W3C home > Mailing lists > Public > ietf-http-wg@w3.org > January to March 2006

Section 5 comments (Re: I-D ACTION:draft-whitehead-http-etag-00.txt)

From: Wilfredo Sánchez Vega <wsanchez@apple.com>
Date: Fri, 3 Mar 2006 12:29:26 -0800
Message-Id: <56D84AC4-137E-47B2-AF1E-E83A98AEA7F7@apple.com>
To: HTTP Working Group <ietf-http-wg@w3.org>

   And on section 5, I'm liking Jim's proposal.

   I'd rather say that a server may chose not to sent the *-State  
headers if they aren't specifically requested, but that they may  
chose to include them anyway if they wish to.  (I think Jim's trying  
to avoid forcing the server to compute something that may be  
expensive, not to restrict what a server can send to clients.)

   I think Content-Handling needs to be a bit simpler than an  
arbitrary list of possible strings.  In particular, there are three  
primary options of interest:

     1- Stored entity is octet-equivalent to the sent entity.
     2- Stored entity is semantically equivalent to the sent entity.
     3- Stored entity is not the sent entity.

   And that #2 may have some sub-states.  So perhaps values like:

     none
     equivalent
     equivalent:xml
     equivalent:encoding
     equivalent:keyword
     equivalent:encoding,keyword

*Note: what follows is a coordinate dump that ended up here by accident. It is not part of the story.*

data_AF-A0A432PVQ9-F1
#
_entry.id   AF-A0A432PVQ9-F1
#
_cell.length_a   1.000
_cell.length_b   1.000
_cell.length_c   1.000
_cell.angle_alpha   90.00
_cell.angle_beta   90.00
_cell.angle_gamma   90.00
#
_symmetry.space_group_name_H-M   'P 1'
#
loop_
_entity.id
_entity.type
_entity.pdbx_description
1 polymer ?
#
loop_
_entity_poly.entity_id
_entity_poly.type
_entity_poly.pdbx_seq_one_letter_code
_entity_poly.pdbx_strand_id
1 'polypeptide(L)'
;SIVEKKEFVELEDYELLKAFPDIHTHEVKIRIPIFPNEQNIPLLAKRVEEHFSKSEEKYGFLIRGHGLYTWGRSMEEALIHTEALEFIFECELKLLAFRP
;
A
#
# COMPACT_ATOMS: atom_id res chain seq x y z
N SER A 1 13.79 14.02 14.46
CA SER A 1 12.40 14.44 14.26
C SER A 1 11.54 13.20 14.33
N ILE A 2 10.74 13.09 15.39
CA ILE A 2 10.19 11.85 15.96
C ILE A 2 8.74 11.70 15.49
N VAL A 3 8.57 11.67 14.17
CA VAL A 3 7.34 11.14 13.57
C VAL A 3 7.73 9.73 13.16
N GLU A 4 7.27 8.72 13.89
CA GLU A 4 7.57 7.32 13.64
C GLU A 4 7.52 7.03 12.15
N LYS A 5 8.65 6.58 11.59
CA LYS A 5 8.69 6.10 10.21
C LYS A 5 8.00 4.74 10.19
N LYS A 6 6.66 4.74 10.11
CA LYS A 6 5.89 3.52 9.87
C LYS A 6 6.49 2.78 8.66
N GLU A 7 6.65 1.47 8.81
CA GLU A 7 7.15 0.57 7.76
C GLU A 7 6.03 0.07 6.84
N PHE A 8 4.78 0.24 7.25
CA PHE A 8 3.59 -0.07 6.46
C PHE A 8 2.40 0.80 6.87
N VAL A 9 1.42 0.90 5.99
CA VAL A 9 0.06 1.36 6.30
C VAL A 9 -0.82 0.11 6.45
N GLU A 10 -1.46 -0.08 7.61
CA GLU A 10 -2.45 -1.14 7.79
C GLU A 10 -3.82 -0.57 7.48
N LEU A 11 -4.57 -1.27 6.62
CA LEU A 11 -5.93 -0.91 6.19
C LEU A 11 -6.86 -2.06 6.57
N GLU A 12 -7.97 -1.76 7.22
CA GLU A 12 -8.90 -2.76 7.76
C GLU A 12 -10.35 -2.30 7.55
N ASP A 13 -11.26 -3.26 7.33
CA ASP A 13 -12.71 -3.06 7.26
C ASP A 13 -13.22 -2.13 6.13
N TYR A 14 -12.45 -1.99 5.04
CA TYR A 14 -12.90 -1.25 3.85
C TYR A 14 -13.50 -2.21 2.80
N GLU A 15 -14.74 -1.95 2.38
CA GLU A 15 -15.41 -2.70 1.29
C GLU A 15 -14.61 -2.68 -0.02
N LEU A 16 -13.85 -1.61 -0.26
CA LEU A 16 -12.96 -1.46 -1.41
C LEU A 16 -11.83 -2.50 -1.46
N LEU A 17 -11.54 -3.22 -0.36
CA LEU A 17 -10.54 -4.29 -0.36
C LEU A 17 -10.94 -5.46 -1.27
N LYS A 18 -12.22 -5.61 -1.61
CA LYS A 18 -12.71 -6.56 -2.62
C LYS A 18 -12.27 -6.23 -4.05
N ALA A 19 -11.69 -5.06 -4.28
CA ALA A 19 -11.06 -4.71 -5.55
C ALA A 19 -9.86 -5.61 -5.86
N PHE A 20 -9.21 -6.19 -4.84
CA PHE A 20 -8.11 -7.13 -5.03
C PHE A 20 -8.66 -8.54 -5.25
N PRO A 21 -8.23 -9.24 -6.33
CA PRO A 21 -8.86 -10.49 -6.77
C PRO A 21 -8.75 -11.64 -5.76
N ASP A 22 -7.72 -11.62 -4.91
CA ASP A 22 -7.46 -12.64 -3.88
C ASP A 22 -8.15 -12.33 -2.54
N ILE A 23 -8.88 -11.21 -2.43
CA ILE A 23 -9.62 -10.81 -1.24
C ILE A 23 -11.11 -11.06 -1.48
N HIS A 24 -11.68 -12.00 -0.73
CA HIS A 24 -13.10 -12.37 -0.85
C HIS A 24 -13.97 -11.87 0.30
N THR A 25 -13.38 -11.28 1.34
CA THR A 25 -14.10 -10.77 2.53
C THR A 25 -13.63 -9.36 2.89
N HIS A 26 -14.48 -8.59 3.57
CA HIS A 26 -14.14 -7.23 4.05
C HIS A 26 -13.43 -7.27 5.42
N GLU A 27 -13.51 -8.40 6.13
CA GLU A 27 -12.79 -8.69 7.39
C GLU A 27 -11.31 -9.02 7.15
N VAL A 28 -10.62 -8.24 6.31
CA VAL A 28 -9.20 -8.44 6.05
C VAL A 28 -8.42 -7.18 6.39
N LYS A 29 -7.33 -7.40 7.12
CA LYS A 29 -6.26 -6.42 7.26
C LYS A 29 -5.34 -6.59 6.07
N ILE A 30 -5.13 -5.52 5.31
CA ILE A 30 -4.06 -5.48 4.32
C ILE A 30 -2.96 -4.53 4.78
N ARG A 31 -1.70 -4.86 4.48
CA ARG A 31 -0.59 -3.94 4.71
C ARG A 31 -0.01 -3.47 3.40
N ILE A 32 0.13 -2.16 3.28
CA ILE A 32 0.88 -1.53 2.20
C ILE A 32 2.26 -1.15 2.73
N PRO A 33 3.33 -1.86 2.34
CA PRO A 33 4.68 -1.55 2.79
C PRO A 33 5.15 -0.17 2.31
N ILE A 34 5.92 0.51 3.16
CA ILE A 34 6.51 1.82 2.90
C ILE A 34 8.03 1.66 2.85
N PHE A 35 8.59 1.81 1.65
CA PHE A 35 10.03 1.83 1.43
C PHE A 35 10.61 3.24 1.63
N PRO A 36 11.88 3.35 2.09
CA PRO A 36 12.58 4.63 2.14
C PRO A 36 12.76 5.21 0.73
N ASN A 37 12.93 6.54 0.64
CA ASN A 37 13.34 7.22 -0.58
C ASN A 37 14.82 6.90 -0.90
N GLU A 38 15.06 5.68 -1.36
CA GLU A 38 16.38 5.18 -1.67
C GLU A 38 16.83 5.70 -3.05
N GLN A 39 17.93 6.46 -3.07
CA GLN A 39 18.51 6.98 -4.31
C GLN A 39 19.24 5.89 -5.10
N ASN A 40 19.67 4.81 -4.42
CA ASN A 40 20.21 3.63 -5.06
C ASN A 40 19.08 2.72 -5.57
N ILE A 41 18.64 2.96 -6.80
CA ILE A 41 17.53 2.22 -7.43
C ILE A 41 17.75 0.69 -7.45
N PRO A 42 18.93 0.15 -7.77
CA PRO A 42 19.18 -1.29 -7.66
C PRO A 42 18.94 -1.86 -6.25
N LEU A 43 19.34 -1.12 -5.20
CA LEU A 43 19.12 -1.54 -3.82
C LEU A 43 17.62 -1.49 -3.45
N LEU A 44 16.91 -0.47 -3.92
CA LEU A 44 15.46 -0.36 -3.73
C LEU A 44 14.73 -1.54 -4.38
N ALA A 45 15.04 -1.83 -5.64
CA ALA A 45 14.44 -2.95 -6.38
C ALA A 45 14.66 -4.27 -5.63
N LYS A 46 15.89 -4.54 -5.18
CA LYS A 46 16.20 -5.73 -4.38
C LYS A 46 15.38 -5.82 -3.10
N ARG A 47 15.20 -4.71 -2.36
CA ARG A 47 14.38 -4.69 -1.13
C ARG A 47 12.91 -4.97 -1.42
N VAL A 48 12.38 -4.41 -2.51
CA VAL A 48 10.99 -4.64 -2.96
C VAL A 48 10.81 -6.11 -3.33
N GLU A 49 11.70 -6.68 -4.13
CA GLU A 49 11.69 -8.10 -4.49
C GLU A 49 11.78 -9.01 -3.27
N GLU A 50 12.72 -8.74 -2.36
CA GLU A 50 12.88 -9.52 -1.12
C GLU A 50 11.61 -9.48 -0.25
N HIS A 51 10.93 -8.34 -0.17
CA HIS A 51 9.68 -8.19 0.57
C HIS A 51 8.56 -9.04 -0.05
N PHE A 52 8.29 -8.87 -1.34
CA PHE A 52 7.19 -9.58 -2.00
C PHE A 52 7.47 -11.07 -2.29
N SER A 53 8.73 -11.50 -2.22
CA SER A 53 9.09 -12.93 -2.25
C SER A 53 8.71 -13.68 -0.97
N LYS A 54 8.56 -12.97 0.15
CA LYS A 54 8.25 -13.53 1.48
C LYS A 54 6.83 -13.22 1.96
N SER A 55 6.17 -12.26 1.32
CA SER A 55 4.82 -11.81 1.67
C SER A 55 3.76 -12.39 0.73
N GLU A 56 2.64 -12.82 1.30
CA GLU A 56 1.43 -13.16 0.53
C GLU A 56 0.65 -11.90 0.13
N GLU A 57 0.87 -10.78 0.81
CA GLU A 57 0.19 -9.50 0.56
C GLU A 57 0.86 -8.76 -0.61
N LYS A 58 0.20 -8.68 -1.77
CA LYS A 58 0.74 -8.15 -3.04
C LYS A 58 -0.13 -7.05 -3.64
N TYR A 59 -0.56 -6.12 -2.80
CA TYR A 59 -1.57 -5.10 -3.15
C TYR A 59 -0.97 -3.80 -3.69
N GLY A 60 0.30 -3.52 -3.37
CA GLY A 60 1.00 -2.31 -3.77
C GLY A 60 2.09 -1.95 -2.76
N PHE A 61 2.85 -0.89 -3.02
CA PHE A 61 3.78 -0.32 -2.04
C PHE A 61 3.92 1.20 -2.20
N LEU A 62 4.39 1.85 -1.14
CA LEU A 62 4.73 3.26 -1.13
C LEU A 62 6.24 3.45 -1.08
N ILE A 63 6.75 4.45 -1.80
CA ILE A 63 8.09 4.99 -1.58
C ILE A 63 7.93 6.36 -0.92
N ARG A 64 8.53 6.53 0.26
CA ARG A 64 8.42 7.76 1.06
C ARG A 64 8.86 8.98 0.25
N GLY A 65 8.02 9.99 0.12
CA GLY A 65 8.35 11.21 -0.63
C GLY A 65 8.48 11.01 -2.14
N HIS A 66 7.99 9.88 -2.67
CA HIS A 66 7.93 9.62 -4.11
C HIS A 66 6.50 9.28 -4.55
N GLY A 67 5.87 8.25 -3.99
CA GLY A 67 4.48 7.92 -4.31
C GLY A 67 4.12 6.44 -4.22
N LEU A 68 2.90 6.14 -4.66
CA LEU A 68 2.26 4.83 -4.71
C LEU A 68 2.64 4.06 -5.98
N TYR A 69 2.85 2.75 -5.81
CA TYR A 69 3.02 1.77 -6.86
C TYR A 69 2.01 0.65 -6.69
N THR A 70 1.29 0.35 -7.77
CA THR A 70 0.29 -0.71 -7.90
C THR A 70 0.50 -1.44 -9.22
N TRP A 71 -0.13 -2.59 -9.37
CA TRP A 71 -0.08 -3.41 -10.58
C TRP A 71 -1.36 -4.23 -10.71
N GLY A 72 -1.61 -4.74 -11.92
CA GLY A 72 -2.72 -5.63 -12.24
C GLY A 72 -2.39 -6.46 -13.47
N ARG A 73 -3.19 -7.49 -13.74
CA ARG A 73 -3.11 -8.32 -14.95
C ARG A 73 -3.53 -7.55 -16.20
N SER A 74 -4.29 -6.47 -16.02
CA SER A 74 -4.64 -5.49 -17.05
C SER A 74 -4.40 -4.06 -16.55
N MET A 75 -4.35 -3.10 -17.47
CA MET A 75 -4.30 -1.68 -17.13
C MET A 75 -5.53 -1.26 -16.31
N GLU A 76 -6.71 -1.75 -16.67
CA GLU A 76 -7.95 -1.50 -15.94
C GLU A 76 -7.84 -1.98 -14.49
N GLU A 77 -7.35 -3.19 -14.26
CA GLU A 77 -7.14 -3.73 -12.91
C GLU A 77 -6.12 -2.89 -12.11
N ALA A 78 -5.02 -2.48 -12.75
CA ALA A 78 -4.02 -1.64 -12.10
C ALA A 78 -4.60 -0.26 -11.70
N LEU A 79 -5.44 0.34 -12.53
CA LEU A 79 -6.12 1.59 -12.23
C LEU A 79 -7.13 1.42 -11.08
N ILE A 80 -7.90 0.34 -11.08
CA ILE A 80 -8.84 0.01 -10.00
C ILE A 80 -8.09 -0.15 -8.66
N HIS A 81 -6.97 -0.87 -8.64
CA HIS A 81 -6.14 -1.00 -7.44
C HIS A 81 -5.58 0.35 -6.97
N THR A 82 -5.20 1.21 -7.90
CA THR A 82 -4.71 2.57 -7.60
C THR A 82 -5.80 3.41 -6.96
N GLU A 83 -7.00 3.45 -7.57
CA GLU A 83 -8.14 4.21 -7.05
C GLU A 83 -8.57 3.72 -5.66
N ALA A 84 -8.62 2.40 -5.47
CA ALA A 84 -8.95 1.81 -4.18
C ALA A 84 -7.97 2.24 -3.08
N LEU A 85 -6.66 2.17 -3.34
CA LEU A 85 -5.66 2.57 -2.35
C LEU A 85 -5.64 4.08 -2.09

modified

   I'm not sure what the use cases are for the sub-states, though,  
but this allows a client to treat all of the equivalence cases in the  
same manner, which I think is a likely case, and is suitable for  
caching.

   Also, I think we might want to note that there may be server  
implementations where both state IDs are in lock-step with each  
other.  For example, if property storage tied to the entity storage  
(eg. my DAV server uses file metadata for property storage), then an  
update to one looks like an update to the other (they share a time  
stamp).  This is potentially less efficient, but should still work.

   Are we sure that Resource-State can't be folded into ETag and  
needs to be it's own header?

   It may be useful for the server to be able to specify that a state  
ID/ETag is temporary and expires in some number of seconds.  This may  
be a good solution to the Apache weird ETag problem.  Rather than  
issuing a weak ETag, Apache would ideally issue a temporary ETag.   
For example, "T:1/computed-etag-here" would indicate that the ETag is  
temporary and expires in 1 second.  A client could then wait one  
second and GET the latest version of the resource with a permanent ETag.

	-wsv
Received on Friday, 3 March 2006 20:29:33 GMT

This archive was generated by hypermail 2.2.0+W3C-0.50 : Friday, 27 April 2012 06:49:42 GMT